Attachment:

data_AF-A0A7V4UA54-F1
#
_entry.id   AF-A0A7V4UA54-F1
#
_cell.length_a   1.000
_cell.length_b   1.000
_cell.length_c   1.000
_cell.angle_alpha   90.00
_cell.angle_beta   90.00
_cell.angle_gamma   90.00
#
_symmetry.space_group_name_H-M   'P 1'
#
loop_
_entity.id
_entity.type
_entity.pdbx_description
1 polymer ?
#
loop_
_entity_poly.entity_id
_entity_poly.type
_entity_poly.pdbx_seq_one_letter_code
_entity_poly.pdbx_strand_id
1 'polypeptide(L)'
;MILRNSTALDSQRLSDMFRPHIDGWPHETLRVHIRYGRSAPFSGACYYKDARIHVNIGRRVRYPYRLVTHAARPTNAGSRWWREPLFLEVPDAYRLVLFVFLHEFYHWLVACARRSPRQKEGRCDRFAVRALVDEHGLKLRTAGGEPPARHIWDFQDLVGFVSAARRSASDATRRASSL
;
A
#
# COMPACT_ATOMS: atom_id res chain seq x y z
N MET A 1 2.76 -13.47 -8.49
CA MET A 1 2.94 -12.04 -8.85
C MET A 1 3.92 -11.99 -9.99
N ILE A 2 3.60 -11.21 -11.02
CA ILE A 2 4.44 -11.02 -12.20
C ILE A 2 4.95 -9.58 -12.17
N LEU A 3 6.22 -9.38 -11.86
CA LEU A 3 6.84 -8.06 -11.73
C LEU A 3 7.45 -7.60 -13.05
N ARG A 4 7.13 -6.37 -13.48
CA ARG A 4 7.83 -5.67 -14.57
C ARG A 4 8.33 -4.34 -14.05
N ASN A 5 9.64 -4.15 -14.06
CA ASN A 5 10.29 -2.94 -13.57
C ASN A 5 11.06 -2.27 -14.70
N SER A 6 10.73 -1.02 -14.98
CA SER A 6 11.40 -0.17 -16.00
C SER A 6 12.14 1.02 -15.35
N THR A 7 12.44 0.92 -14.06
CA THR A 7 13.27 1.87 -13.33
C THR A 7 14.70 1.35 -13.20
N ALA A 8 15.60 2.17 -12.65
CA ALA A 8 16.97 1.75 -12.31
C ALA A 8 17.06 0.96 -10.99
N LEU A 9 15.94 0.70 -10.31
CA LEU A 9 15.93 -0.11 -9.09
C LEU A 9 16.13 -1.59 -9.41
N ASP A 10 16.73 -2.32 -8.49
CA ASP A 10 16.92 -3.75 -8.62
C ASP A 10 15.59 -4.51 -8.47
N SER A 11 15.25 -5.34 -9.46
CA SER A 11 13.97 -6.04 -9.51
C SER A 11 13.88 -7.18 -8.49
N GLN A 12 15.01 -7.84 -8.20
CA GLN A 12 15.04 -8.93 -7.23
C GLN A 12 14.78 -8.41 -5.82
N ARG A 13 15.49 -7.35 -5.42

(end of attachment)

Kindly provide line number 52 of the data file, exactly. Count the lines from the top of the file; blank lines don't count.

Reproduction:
N ALA A 8 15.60 2.17 -12.65